UNT Accreditation in Limbo


In 2016, the American Bar Association informed university leaders that it would not grant accreditation to the University of North Texas Dallas College of Law. The news was devastating and threatened the very existence of the law school that had opened its doors just two years before and was preparing to graduate its very first class the next year. The UNT System and the law school’s leadership turned to Androvett for guidance on how to handle the crisis.

First Steps

UNT Dallas College of Law is unique and doesn’t cater to your typical law student. Its founding mission is to make legal education accessible to minority, female, and low-income students. To fail before it even got off the ground would have been a profound and highly public setback, attracting news coverage from outlets such as The Dallas Morning News and The Wall Street Journal.

A threshold issue to resolve: Could the matter be handled behind closed doors with no accompanying publicity?

Our answer was a resounding NO. We believed that attempting to solve this problem outside the public eye would have ensured the school would fail. We also believed that this challenge was an opportunity to show that the UNT Dallas College of Law was a different kind of institution where transparency and collaboration were core principles.

In addition, advances in communications technology, including social media, worked against any strategy to “keep a lid” on what the ABA was intending. No, in this case, keeping things secret was not going to work and was contrary to the values of the law school, teachers and administrators. The law school had a commitment to the community and its supporters, not to mention the faculty and students, to be as open and honest as possible.

So, we made openness and honesty our watchwords. Many people would have questions, and our job was to help provide the framework for the school to answer as many of them as it could. In so doing, we believed we could help UNT Dallas College of Law reassure supporters and convey to the ABA that it was serious about addressing any perceived weaknesses in its accreditation application.

Official Statements

As part of the accreditation process, the ABA had previously visited the school and in its interim report voiced some concerns, including the low LSAT scores of some of its applicants and the law school’s perceived inability to fundraise.

Yet, the decision not to grant accreditation came as a surprise. Law school leaders, including then-Dean Royal Furgeson, felt that existing data and the performance of current students at UNT Dallas College of Law demonstrated the necessary strength and academic excellence required for accreditation. So, we respectfully and calmly took the case to the community, by revealing that accreditation had been denied and explained the law school’s plans to appeal.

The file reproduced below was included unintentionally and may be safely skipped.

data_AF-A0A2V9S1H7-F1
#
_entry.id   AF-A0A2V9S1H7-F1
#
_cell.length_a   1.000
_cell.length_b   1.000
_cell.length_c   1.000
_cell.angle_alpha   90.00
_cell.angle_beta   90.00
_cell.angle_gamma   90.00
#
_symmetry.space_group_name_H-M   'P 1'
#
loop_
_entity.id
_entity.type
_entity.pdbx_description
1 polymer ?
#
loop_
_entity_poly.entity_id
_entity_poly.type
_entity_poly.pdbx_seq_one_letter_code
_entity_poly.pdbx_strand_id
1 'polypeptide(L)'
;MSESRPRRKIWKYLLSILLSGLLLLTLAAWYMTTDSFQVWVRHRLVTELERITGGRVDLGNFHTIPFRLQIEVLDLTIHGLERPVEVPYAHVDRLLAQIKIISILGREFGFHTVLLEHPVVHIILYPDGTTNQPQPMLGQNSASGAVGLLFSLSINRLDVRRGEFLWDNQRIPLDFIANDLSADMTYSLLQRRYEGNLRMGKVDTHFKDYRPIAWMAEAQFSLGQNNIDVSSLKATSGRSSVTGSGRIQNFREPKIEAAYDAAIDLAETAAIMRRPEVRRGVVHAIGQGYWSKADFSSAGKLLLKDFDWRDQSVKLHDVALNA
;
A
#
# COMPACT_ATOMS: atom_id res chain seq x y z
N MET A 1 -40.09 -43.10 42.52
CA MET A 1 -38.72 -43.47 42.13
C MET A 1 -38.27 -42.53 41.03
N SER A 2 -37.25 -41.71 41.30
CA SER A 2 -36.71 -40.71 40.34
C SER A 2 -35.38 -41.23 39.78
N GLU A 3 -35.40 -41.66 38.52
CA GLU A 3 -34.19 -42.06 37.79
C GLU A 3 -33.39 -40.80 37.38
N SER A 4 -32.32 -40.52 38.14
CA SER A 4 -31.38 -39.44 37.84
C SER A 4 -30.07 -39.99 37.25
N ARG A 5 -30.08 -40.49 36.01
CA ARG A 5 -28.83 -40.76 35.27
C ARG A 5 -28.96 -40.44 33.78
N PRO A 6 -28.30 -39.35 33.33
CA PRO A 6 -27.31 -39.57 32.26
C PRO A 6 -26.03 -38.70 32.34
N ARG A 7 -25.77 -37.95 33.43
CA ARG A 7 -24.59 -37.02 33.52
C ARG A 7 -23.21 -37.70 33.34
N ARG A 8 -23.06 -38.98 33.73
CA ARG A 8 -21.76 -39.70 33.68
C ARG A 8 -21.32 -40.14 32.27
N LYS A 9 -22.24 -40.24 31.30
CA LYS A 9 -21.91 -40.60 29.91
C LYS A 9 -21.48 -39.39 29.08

Our outreach also immediately targeted current students and applicants to reassure them that the school was taking necessary steps to protect their future careers. Official statements had to strike just the right tone, assuring the college’s stakeholders and the ABA alike that a plan was in place to address concerns and that the school was taking this situation seriously. In addition, we helped the university pen a letter to the ABA laying out all the issues it had raised, and how the law school planned to address each one.

Media Outreach

The law school was fielding media requests as soon as the news broke. We helped UNT manage those requests and made sure the reporters had all the information they needed. We also facilitated a meeting between school leadership and the editorial board of The Dallas Morning News, which then wrote an op-ed making the school’s case as a building block of the local community. This was instrumental in keeping public sentiment on the school’s side, as well as maintaining the support of government officials from across the state who later would ensure the school received the necessary funding.

Town Hall

Students, faculty, and members of the legal community had many questions about what was happening, and the school needed to make itself available to answer them.

We organized a town hall where students and others could submit their questions – either in person or on Twitter – to leadership. The event was live-streamed, so that those who could not attend in person could still watch and learn. We assisted law school leaders with media training to help them best articulate context, response, and future planning. This allowed them to ensure their message was unified, clear, and easy to understand.


The UNT Dallas College of Law’s efforts paid off and the school received provisional accreditation from the ABA in 2017. In February 2022, the school received full accreditation from the American Bar Association.

From the very beginning, we had total confidence the school could make its case and lay out an effective argument for accreditation. But we knew that argument’s success depended in large part on not only what we said, but also how we said it. If the community believed that the law school deserved accreditation and was taking the situation seriously, while transparently looking out for its students, it had a much greater chance of success.

It worked, and each year the school has strengthened the Dallas community by helping individuals who otherwise might have been turned away. We are proud of its prominent place in the North Texas legal community and honored to have helped the UNT Dallas College of Law in its time of need.

Are you ready to get started?